If there’s a common thread among nearly every person I talk to, it’s an unfortunate one:  People are getting bad financial advice.  No, TERRIBLE advice.  That is, if they’re getting advice at all.  Let’s be clear:  selling an annuity or insurance product only counts as “advice” in the context of my profession.  We do not call the guy selling you a car a “vehicle advisor”; the person giving the time-share presentation is not a “vacation property advisor”.  They are SELLING.  Which is fine – there’s nothing wrong with selling.

Unless you disguise a sales pitch as advice and the public doesn’t have the knowledge or understanding to tell the difference. 

I recently met with a 40-year-old couple who were on the verge of being sold (by a very aggressive salesman) an expensive long-term care policy.   Did they need the coverage?  When I asked this question, and the couple couldn’t easily answer, they started to see the problem.  There was no connection between their needs and the insurance they were about to buy.  Icing on the cake:  the salesman was pushing a variable annuity to accompany the insurance policy, in order to fund the premiums.  What were the fees?  What were the investment choices?  Nothing disclosed, save promises of rainbows, unicorns, and tax-free withdrawals.

Another couple, older, was sold variable annuities with total fees of 3.6% PER YEAR.  It took us hours to figure out the total costs, combing through the plan prospectus and adding everything up, after neither the annuity company nor the broker would tell them anything.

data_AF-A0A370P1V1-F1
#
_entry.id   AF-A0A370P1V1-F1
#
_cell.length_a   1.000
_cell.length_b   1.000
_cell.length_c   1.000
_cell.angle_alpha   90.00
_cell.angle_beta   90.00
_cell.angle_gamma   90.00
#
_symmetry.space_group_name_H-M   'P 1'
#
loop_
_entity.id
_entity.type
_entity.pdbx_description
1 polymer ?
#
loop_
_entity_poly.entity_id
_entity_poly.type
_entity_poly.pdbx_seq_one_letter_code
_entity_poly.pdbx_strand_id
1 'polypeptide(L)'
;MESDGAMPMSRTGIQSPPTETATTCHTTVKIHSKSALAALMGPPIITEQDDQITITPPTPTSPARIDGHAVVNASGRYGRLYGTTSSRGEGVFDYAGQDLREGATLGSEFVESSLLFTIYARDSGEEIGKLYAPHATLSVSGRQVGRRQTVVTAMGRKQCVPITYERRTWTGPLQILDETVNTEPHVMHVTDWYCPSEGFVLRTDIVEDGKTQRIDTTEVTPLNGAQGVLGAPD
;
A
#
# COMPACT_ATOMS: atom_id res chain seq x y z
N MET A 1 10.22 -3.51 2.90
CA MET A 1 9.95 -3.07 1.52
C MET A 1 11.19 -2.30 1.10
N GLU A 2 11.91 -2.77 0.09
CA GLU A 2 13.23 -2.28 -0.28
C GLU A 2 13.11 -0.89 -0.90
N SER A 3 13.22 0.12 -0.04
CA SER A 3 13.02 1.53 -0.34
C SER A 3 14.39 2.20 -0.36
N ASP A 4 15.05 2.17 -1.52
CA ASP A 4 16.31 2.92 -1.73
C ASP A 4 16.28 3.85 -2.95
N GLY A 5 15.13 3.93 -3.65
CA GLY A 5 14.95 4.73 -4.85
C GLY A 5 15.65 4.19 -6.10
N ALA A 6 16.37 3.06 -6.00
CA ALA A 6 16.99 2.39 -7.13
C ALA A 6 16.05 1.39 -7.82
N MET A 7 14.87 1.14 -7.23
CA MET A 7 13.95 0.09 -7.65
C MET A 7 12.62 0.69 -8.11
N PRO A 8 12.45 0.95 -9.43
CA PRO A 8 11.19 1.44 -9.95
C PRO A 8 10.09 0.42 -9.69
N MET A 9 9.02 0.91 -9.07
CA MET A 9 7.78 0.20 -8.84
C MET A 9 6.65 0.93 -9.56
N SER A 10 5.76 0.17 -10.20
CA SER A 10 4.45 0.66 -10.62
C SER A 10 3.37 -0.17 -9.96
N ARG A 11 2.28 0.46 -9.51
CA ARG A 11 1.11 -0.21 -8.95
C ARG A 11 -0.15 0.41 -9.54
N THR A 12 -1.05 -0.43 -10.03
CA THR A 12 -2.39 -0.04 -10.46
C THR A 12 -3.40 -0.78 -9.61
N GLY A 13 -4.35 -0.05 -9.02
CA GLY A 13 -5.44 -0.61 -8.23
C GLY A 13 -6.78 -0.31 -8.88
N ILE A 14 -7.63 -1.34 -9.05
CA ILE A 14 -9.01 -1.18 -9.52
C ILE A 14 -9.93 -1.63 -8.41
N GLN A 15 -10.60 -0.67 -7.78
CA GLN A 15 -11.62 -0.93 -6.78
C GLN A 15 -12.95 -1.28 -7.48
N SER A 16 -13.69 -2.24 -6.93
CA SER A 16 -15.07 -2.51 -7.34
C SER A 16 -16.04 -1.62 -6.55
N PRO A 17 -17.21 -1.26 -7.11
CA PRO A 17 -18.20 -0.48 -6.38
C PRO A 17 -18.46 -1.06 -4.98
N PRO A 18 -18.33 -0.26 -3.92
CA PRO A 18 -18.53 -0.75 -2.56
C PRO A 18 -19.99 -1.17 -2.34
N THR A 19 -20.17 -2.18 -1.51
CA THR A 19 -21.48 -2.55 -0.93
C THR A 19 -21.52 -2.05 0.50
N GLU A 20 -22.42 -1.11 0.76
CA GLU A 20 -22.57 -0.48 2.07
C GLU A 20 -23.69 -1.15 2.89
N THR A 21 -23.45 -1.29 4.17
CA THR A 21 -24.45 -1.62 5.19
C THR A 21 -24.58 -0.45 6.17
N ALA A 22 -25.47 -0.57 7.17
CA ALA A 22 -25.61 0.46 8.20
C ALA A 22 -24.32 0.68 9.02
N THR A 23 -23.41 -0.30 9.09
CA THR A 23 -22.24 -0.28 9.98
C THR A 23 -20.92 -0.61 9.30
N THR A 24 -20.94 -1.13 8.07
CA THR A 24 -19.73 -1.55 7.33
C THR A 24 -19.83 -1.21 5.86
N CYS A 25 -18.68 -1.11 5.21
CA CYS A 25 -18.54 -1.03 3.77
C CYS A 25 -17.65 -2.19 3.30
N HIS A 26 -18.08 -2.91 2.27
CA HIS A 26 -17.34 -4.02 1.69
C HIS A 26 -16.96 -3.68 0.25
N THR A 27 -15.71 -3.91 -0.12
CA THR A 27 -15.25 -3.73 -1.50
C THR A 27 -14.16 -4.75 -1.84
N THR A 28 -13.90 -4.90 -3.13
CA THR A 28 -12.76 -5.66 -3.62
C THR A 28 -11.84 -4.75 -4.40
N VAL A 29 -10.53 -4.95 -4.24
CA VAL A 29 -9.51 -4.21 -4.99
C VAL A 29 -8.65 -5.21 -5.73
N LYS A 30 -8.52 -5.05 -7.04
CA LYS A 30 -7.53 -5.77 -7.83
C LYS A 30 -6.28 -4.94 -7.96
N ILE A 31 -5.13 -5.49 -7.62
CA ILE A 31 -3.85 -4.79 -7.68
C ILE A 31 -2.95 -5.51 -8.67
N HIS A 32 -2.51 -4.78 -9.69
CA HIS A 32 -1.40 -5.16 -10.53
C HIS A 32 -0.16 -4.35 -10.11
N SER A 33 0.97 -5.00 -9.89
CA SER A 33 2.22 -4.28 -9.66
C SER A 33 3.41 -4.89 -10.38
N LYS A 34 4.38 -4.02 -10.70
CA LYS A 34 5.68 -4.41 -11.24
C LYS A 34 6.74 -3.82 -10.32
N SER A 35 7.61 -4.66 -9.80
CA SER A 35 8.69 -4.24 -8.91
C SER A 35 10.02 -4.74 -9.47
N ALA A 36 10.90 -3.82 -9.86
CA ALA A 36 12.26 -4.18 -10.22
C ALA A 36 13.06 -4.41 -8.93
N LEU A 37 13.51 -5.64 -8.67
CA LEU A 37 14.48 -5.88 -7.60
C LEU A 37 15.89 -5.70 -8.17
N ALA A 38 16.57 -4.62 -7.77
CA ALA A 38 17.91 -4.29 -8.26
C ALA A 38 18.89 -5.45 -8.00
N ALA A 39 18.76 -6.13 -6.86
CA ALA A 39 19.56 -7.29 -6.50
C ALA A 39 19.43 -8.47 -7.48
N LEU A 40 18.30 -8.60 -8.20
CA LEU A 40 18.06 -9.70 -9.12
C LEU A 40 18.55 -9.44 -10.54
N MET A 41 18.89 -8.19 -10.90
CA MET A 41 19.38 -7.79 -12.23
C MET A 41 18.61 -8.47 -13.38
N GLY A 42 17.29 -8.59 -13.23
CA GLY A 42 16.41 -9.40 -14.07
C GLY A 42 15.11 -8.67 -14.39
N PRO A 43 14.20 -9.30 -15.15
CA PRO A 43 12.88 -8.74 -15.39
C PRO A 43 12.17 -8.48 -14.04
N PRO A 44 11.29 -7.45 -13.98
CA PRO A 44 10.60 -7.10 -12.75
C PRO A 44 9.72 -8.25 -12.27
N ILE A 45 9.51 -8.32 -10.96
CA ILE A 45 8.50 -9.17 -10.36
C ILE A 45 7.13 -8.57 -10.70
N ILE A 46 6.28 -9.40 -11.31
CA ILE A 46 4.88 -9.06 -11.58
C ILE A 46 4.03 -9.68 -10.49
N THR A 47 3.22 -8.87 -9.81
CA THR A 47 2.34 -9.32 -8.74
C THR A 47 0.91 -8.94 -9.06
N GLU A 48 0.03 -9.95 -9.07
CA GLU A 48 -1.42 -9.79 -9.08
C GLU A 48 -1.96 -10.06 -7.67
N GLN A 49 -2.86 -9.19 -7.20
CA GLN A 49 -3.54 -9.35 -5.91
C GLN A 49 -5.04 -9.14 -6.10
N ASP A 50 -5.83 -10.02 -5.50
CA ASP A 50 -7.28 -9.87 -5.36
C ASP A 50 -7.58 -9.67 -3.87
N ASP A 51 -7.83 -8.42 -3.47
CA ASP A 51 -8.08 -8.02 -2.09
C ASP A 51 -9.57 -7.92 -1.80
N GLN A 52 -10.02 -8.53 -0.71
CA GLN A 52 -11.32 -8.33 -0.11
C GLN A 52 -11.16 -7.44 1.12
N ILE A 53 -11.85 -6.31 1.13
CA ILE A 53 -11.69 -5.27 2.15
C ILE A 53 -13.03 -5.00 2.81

A couple with pre-teen children had their kids’ college savings in custodial accounts in the kids’ names.   Those assets count heavily against financial aid and become the unrestricted assets of the child at age 21.  Does this mean it’s the wrong choice?  Not necessarily, but the couple was unaware of the implications.

I could go on and on.  The couple with multiple rental properties, the properties in their names, and no commercial homeowner’s insurance – a liability disaster in the making.

The couple with their life savings in four stocks.

The woman with her life savings in ONE stock.

If I had to draw a single lesson from my experiences of the past year, it’s this:

You don’t know what you don’t know.

None of these people are stupid.  But none of them have expertise in the multiple areas of financial planning.  Why would they?  They are attorneys, teachers, and journalists.  I can’t draft my own contracts, create a lesson plan, or write long-form journalism.

The consequences of poor planning can be disastrous, in part because it’s only discovered once it’s too late.  The concentrated stock position isn’t a problem until the stock price plummets; the high fees aren’t noticeable until you reach retirement and you don’t have enough money; inadequate liability insurance isn’t a problem until you are faced with a financially ruinous lawsuit.

So in the case of financial planning, “if it ain’t broke, don’t fix it” doesn’t apply.   In all likelihood, there is plenty that is “broke,” or could at least use fine-tuning.  Most of us just don’t have the tools or knowledge to know what to look for.


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